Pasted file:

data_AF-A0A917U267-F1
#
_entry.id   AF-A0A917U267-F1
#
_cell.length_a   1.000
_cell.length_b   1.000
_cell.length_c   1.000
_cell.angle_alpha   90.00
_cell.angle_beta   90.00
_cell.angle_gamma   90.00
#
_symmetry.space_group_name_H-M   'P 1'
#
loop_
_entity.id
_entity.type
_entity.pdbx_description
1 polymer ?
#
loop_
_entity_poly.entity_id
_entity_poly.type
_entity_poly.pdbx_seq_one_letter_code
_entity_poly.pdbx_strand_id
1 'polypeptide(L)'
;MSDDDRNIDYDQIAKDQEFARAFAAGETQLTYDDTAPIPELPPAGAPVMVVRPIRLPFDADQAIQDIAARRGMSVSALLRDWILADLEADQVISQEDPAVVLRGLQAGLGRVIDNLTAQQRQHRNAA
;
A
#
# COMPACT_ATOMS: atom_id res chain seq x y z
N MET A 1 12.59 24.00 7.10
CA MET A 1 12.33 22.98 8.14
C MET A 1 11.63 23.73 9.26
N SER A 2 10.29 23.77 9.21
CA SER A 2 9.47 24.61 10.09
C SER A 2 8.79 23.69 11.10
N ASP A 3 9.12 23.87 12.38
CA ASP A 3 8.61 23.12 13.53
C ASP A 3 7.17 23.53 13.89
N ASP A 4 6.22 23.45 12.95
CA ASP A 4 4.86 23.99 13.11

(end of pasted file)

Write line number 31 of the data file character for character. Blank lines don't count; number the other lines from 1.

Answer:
N MET A 1 12.59 24.00 7.10